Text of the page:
Peace is not the absence of conflict in the world, but the absence of conflict in your heart. It is the Christmas gift God gave to all of us over 2,000 years ago. No matter what is going on around us, we can have a peaceful soul if we let this gift be ours. Peace never wears out, doesn’t need batteries, doesn’t need to be returned, and can be used in every season.

Before Jesus left the earth He said, “Peace I leave with you, My peace I give to you; not as the world gives do I give to you. Let not your heart be troubled, neither let it be afraid” (John 14:27 NKJV).

Peace is a never ending gift. Are you a willing recipient?


Friday, December 12, 2014

The Price of Pearls

Book Review Friday

by Barbara Latta

Peeling back the layers of her life, Patricia Manns opens her heart to share the pain of searching for purpose, acceptance, and peace. Growing up during the 1950’s and attending college in the tumultuous 1960’s, she takes the reader through her experiences of bad decisions and harmful relationships followed by the painful consequences.

Suffering from years of depression but not knowing the underlying cause, the pain of her soul led her to find the One who could ultimately make the difference in the value of her life. Her new found freedom brought the security and confidence to face the challenges of life and release the past.


The Price of Pearls is a journey from bondage to peace, the discovery of real love, and an everlasting possession of a new identity.

This book is available at amazon.com.

 You can visit Patricia's blog a www.treasurechestmoments.com. 

Tuesday, December 9, 2014

Does Your Sink Stink?


Tuesday's Tips

Holiday cooking, rushed time schedules, and maybe even more people than usual in your kitchen can leave some messes we don't get cleaned up like we want. If you drains are suffering from stinky pipes and need a little refreshing, try this:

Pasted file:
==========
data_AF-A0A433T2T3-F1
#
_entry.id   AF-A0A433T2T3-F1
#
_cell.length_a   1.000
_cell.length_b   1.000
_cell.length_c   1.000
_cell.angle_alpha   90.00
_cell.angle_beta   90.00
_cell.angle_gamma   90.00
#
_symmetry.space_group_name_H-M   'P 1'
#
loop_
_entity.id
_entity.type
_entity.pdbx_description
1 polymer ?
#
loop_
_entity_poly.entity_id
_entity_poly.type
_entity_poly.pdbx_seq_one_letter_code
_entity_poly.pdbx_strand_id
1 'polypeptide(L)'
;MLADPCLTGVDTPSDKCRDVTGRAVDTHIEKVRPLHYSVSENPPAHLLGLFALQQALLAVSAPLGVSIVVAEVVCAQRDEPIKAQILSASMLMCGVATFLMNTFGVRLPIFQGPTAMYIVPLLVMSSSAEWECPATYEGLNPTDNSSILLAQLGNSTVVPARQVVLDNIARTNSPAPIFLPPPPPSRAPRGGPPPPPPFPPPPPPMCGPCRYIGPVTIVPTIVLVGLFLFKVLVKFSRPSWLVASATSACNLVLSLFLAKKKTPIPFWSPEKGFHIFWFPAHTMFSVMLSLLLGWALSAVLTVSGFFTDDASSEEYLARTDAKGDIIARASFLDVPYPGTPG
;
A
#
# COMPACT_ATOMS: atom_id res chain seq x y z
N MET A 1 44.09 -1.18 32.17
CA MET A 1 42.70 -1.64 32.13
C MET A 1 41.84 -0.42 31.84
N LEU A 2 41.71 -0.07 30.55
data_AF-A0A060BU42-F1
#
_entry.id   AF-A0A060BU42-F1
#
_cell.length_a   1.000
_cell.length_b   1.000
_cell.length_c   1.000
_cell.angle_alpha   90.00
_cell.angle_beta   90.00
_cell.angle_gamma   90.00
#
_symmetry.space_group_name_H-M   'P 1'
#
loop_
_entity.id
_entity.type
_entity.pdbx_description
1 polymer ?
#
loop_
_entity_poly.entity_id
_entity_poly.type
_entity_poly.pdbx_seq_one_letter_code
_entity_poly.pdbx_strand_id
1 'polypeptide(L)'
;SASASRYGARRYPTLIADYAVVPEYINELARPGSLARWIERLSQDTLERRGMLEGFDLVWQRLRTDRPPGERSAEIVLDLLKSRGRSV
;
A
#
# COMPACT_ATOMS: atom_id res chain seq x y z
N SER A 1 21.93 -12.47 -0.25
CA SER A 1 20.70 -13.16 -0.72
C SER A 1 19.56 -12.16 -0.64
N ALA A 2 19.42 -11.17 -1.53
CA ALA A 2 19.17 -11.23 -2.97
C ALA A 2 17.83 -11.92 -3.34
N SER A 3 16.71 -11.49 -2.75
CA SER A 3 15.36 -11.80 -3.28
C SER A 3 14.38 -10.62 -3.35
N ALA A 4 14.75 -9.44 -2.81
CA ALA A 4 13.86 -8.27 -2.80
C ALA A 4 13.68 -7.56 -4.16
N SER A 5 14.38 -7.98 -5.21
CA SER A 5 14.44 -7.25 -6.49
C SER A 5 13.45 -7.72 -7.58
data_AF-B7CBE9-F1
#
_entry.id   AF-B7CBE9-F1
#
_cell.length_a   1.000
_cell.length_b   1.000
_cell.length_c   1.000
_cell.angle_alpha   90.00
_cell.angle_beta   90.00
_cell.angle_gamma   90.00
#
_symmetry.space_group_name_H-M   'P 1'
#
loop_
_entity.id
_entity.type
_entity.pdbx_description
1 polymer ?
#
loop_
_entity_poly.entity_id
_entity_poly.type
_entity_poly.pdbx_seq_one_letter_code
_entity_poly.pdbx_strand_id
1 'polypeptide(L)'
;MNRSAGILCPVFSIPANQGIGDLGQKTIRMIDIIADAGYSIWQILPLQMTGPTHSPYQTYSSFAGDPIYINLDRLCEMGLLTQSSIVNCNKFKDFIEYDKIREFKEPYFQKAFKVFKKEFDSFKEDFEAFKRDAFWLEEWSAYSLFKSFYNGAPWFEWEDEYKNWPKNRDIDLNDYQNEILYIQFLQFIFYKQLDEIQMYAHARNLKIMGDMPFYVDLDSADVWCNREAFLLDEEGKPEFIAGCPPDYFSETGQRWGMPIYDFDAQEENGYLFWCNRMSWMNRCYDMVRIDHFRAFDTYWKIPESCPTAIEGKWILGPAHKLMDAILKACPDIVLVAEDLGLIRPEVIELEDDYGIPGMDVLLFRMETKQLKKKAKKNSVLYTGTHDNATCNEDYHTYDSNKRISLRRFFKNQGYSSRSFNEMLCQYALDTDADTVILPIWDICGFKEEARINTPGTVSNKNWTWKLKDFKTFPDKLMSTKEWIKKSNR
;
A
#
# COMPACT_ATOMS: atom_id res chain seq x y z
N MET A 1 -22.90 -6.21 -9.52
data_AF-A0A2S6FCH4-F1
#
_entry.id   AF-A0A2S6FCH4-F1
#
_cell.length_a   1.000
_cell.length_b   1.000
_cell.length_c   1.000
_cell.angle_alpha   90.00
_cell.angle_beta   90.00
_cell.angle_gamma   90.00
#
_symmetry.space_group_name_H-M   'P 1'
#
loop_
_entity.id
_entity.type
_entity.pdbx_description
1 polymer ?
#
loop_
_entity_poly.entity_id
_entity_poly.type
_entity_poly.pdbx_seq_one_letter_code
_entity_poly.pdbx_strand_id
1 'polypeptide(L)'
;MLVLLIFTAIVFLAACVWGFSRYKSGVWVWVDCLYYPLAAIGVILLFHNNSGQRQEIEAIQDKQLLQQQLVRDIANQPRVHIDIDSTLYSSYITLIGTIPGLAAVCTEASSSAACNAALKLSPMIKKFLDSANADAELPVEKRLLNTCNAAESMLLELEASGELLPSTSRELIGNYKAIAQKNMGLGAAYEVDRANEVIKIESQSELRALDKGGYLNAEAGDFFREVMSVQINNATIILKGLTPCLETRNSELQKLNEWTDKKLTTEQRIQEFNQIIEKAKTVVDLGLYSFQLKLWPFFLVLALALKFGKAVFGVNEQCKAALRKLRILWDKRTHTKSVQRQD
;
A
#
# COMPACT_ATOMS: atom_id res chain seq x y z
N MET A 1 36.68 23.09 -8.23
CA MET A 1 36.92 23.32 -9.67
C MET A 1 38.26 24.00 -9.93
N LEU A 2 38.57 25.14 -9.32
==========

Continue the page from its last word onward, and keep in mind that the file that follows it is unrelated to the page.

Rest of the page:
1 cup salt
1 cup soda
¼ cup cream of tarter

Mix well  and keep in an airtight jar.

Use ¼ cup in drain followed by boiling water

Your sink will smile and be very happy.

Sunday, December 7, 2014

The Manger and the Mercy Seat

by Barbara Latta

When we hear the Christmas story recorded in the book of Luke and read about the manger where Mary laid the newborn babe, the image of a wooden box full of hay comes to mind. But research shows that mangers in those days were usually a carved stone trough and were sometimes on the ground floor of a house so the animals could be close by.
Stone feeding trough in Israel

Jesus came to earth to die (John 18:37). His purpose was already being displayed when he was born. The baby would have been rubbed with salt and oil (Ezekiel 16:4), wrapped in strips of cloth,and then laid in a manger (Luke 2:7). Angels were proclaiming his birth.

At His death, he was anointed with about one hundred pounds of spices, wrapped in a linen cloth, then laid on a stone slab in a tomb (John 19:38-40). At His resurrection, two angels were sitting at the head and the foot where he had lain (John 20:12), which paints a perfect picture of the Mercy Seat—a slab on top of the Ark of the Covenant covered with two angels one on each end.

The priest would sprinkle blood on the Mercy Seat covering the sins of the nation each year (Hebrews 9:6-7). Jesus entered heaven and sprinkled His blood on the altar to atone for our sins forever (Hebrews 9:11-15). The blood shed during the birthing process showed us He was the Son of Man, the blood shed at His death was as the Son of God.

Christmas is the manger bringing to us the blood on the Mercy Seat—and that is the greatest gift of all.

What does that gift mean to you?